lunes, 31 de enero de 2011

Exports and China...

"China exports more than $4 of goods to the United States for each $1 it imports from America, creating a trade surplus of about $275 billion.", according to an article in the January 31, 2011 New York Times.

To put the the size of China's trade surplus in perspective, that surplus is nearly the size of Mexico's total exports ($298 billion) in 2010. China's trade surplus exceeded the $257 billion Mexico earned from its manufactured exports.

Rising costs in China have already caused a slowdown in American orders, which has translated into "some container shipping lines to cancel up to a quarter of their trips to the United States this spring from Hong Kong and other Chinese ports... the annual pre-[Chinese] New Year rush has been nothing like that of recent years, causing shipping lines to reverse rate increases and cancel sailings they introduced last summer as the American economy improved."

This is an opportunity for Mexico as well as other Asian manufacturers.

lunes, 24 de enero de 2011

The job story...

The Administration proudly announced that the number of workers registered with the Social Security Institute (IMSS) rose by 720,348 in 2010. That is its highest year-end level since 2003 and the greatest number of jobs created in a calendar year since 1999. The accomplishment is, indeed, one of which to be proud.

The unemployment data published by INEGI last Friday is on the "half empty" side of the famous glass. By any measure -- national, urban, seasonally adjusted or not -- the December 2010 unemployment rate was higher than than in December 2009. The seasonally adjusted urban unemployment rate, my preferred measure, stood at 6.73% last month, 49 basis points higher than in December 2009 and 40 basis points higher than in December 2008.

The two measures of unemployment (the IMSS and the INEGI numbers) can be compatible, if one assumes that the IMSS enforcement efforts have persuaded employers to register employees who should have been registered but weren't.

An excellent column

by Luis Rubio was published in Reforma, the Mexico City daily, yesterday, Sunday, January 23. You can find it on the editorial page.

martes, 18 de enero de 2011

For history buffs...

An fascinating article on Mexico's Matias Romero's meeting on January 18, 1861 in Springfield, Illinois with President-elect Abraham Lincoln...

Useful to remember that the Juarez Liberals who won Mexico's civil war thought the road to modernization was through integration with the country's northern neighbor.

lunes, 10 de enero de 2011

Good news for Mexican growth, exports and employment...

On January 10, CNN Money argued that the December auto sales figures in the US could portend a good 2011:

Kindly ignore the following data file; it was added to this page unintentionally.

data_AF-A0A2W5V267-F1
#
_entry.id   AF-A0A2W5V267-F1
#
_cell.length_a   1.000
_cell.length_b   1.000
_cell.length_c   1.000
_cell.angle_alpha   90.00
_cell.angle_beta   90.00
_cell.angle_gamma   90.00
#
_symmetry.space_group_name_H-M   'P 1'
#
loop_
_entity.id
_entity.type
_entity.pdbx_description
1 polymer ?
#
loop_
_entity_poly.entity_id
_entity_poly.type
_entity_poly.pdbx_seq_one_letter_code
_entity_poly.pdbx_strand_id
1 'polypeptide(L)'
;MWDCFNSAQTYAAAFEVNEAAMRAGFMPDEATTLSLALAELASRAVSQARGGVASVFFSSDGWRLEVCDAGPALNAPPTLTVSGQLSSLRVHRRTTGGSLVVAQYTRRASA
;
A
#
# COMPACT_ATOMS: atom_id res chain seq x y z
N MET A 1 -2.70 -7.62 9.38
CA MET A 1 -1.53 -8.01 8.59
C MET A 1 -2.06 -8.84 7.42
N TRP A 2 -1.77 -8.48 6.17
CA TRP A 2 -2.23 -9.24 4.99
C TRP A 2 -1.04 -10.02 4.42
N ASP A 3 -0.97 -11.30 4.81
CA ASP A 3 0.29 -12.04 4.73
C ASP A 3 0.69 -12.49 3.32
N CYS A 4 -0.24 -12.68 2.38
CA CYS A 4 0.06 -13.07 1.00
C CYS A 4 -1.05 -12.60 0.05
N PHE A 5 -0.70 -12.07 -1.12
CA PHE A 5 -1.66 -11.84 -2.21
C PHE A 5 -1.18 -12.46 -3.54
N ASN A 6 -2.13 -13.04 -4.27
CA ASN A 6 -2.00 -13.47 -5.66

"Most automakers ended a challenging 2010 with a strong sales month, raising hopes that the industry could be carrying some momentum into the new year.

American automakers General Motors, Ford Motor and Chrysler Group all posted solid gains that met or topped forecasts. Ford's gains in 2010 allowed it to recapture the position of No. 2 automaker in U.S. sales, trailing only GM, for the first time since 2006, reclaiming the spot from Toyota Motor."

Given that a quarter of all Mexican manufactured exports are auto-related (four-fifths of which go to the US market), growing vehicle sales in the US is very positive for Mexico.

lunes, 3 de enero de 2011


If you're interested in reading the Economex blog from previous years, you can find it at the following addresses:


The financial markets saw 2010 go out on and rang in 2011 on a positive note. Mexican equities once again outperformed the three major US indices. The IPC climbed 27.0%, measured in dollars, in 2010. The Nasdaq, the strongest of the three US indices, gained 16.9%. The Dow rose 11.0% last year while the S&P 500 appreciated 12.8%.

Mexican equities have dramatically outperformed US stocks this decade. Between the final day of 1999 and the last day of 2010, the Bolsa index soared 315.9% in dollars. The Dow did the best of the US indices: it inched up 0.7%. The S&P 500 and Nasdaq lagged considerably, losing 9.4% and 34.8%, respectively.

The IPC’s spectacular gains over the last eleven years may be reason to suppose that it is due for a period of underperformance. The dominant market position of many of the firms that comprise the IPC are reason to think otherwise.

Unless the Europeans fail to preserve the Euro or the Mexican government abandons its decades’ long commitment to macro stability, investors in Mexico should prosper.